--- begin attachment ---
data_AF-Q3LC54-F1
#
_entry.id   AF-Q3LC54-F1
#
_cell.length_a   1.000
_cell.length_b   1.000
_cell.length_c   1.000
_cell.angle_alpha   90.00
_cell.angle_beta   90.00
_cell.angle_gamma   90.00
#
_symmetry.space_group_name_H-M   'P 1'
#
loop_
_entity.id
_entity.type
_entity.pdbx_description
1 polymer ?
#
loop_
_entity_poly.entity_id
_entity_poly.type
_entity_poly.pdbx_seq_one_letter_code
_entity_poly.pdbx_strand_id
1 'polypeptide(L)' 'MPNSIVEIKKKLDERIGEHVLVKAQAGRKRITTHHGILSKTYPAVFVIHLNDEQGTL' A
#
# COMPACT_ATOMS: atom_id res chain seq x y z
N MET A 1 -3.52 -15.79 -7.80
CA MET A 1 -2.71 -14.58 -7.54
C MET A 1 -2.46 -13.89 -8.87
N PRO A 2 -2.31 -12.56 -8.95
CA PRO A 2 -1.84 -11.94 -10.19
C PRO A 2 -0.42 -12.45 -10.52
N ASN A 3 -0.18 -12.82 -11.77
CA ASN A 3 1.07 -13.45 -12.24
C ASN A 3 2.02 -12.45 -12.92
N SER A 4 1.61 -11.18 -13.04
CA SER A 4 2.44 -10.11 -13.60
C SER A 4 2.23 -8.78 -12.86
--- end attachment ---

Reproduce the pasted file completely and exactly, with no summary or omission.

data_AF-Q3LC54-F1
#
_entry.id   AF-Q3LC54-F1
#
_cell.length_a   1.000
_cell.length_b   1.000
_cell.length_c   1.000
_cell.angle_alpha   90.00
_cell.angle_beta   90.00
_cell.angle_gamma   90.00
#
_symmetry.space_group_name_H-M   'P 1'
#
loop_
_entity.id
_entity.type
_entity.pdbx_description
1 polymer ?
#
loop_
_entity_poly.entity_id
_entity_poly.type
_entity_poly.pdbx_seq_one_letter_code
_entity_poly.pdbx_strand_id
1 'polypeptide(L)' 'MPNSIVEIKKKLDERIGEHVLVKAQAGRKRITTHHGILSKTYPAVFVIHLNDEQGTL' A
#
# COMPACT_ATOMS: atom_id res chain seq x y z
N MET A 1 -3.52 -15.79 -7.80
CA MET A 1 -2.71 -14.58 -7.54
C MET A 1 -2.46 -13.89 -8.87
N PRO A 2 -2.31 -12.56 -8.95
CA PRO A 2 -1.84 -11.94 -10.19
C PRO A 2 -0.42 -12.45 -10.52
N ASN A 3 -0.18 -12.82 -11.77
CA ASN A 3 1.07 -13.45 -12.24
C ASN A 3 2.02 -12.45 -12.92
N SER A 4 1.61 -11.18 -13.04
CA SER A 4 2.44 -10.11 -13.60
C SER A 4 2.23 -8.78 -12.86